Supreme Court pick meets with Dems as GOP applies pressure

Republicans and conservative groups step up their campaign, while Supreme Court nominee courted two Senate Dems

Published February 6, 2017 7:31PM (EST)

Neil Gorsuch   (AP/David Zalubowski)
Neil Gorsuch (AP/David Zalubowski)

WASHINGTON — Republicans and conservative groups stepped up their campaign to secure confirmation of President Donald Trump's Supreme Court nominee as the federal judge courted two Senate Democrats crucial to his winning a seat on the high court.

Judge Neil Gorsuch was scheduled to meet on Monday with California Sen. Dianne Feinstein, the top Democrat on the Senate Judiciary Committee, and Montana Sen. Jon Tester, a Democrat running for re-election in a state that Trump won handily. Unlike some Senate Democrats who have already said they will oppose Trump's nominee, both have said they will wait to decide.

Senate Minority Leader Chuck Schumer has said Trump's nominee must be able to win support from 60 of the Senate's 100 members. Republicans have a 52-48 majority, so Senate Majority Leader Mitch McConnell will need the support of at least eight Democrats to confirm him easily. In an effort to win those votes, the Senate GOP's campaign arm, the National Republican Senatorial Committee, is running three ads to pressure certain Democrats to vote for him.

Separate ads target Wisconsin Sen. Tammy Baldwin and Indiana Sen. Joe Donnelly in their home states, asking voters to tell their senators to put state and country ahead of their party. Both are running for re-election next year in states won by Trump.

An ad airing in Washington says Democrats are playing politics with the nomination.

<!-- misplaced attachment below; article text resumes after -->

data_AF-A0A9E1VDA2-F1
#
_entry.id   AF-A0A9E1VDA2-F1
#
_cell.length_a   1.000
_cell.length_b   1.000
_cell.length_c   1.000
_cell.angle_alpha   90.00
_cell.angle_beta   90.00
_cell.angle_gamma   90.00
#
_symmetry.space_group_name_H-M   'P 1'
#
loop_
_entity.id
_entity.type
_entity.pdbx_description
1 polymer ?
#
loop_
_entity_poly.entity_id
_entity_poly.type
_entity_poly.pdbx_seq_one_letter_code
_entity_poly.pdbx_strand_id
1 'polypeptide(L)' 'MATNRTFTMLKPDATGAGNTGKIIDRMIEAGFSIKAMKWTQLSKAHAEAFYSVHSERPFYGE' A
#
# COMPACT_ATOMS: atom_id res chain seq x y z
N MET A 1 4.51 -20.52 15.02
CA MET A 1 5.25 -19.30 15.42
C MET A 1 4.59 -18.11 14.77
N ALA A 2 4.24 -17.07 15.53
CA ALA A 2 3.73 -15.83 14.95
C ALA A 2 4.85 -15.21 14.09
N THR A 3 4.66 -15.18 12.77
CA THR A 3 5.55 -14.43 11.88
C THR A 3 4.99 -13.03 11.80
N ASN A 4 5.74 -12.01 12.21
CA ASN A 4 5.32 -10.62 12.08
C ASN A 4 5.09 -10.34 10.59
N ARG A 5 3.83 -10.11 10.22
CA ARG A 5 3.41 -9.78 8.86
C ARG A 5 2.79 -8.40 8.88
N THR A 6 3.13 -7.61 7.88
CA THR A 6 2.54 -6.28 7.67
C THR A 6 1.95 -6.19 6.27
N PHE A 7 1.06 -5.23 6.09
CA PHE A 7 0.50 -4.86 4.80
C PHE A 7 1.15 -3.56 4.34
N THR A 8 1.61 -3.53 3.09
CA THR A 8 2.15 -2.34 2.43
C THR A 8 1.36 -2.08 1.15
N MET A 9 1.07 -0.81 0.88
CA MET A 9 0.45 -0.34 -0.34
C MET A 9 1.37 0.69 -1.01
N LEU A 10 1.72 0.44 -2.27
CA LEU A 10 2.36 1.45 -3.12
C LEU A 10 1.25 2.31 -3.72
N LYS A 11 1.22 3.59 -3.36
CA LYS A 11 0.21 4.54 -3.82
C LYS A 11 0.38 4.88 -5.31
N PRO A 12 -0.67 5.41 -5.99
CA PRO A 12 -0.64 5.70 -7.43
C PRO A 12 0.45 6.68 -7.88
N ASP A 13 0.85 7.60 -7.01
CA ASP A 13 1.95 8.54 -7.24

"Tell Democrats the election is over, the people decided," the ad says.

The conservative group Judicial Crisis Network has pledged to spend $10 million to help confirm Gorsuch, and has already released $2 million in ads in Tester's home state of Montana, Donnelly's home state of Indiana, and also Missouri and North Dakota, additional states where Trump won and Senate Democrats are running for re-election.

One of the group's ads features Jane Nitze, a former Obama administration lawyer who also clerked for Gorsuch.

"He will have a great deal of respect for folks on all sides of the ideological spectrum," Nitze says in the ad.

As Republicans try to pressure Democrats to vote for Trump's Supreme Court nominee, they also face with questions about Trump's tweets over the weekend criticizing a federal appeals court judge who suspended the president's travel ban on refugees and travelers from seven predominantly Muslim countries.

In tweets, Trump dismissed U.S. District Court Judge James Robart as a "so-called judge" and his decision "ridiculous."

"We don't have so-called judges," Sen. Ben Sasse, R-Neb., a member of the Senate Judiciary Committee, said Sunday on ABC's "This Week."

"We don't have so-called senators. We don't have so-called presidents. We have people from three different branches of government who take an oath to uphold and defend the Constitution," Sasse said.

By Mary Clare Jalonick

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